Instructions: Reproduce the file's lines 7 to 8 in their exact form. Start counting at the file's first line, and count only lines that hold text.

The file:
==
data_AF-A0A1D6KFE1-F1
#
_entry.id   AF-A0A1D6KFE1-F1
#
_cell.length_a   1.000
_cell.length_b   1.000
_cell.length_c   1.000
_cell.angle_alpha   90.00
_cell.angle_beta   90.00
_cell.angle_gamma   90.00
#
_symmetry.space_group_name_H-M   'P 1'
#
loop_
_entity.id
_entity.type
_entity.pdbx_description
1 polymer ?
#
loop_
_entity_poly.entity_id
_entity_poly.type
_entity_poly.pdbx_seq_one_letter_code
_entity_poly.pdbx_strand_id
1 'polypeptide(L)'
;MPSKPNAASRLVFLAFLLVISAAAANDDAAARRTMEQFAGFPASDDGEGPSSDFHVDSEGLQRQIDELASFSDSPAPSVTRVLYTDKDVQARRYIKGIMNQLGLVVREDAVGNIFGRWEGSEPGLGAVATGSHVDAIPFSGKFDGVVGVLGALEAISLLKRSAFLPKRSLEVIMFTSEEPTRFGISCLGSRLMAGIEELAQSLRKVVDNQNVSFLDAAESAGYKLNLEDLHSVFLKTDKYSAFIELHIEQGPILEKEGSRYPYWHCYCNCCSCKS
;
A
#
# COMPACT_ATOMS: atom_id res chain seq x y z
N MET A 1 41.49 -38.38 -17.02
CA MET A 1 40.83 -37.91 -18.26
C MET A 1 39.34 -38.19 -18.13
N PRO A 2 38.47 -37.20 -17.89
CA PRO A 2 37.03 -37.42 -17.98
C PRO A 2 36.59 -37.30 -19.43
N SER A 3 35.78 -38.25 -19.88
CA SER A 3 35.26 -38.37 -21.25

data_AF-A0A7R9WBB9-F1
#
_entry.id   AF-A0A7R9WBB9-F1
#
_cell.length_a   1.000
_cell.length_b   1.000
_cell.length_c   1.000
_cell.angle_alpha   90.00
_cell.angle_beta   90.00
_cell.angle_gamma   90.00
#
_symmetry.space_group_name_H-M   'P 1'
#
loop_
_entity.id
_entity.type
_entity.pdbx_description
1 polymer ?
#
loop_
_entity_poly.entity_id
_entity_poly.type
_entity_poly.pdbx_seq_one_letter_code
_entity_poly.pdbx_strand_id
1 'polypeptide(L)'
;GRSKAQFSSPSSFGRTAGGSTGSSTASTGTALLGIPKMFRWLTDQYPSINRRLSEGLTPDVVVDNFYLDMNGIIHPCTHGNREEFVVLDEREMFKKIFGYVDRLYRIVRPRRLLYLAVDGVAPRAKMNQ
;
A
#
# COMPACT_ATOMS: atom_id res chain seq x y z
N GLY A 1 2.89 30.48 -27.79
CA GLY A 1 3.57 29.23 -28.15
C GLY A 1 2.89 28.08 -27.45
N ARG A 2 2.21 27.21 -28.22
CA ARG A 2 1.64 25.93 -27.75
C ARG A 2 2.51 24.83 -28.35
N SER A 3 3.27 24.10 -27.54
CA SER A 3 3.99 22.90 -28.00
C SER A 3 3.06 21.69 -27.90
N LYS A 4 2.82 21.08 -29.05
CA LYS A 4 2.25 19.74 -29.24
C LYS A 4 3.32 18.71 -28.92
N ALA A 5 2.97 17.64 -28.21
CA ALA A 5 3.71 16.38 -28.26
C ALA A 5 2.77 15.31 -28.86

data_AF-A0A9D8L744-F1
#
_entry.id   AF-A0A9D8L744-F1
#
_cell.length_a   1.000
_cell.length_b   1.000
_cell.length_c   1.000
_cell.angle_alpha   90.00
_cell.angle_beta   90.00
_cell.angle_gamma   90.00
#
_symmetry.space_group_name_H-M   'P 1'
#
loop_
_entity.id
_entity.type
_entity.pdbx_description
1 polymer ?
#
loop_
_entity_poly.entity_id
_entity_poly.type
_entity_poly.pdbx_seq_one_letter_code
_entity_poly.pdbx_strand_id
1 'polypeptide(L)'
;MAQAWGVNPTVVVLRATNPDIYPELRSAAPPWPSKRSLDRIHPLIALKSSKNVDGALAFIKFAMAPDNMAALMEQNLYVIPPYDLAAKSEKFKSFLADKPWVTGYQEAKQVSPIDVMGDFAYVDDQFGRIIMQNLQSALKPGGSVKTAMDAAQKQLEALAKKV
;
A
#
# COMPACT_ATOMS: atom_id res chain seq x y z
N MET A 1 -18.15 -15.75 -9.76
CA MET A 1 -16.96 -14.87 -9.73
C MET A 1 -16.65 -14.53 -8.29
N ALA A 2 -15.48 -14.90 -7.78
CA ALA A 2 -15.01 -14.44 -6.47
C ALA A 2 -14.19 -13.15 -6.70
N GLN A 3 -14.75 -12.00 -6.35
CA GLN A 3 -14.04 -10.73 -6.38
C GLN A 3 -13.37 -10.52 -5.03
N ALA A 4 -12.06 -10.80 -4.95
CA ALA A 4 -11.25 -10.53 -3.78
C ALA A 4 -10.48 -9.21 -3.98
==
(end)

_cell.length_c   1.000
_cell.angle_alpha   90.00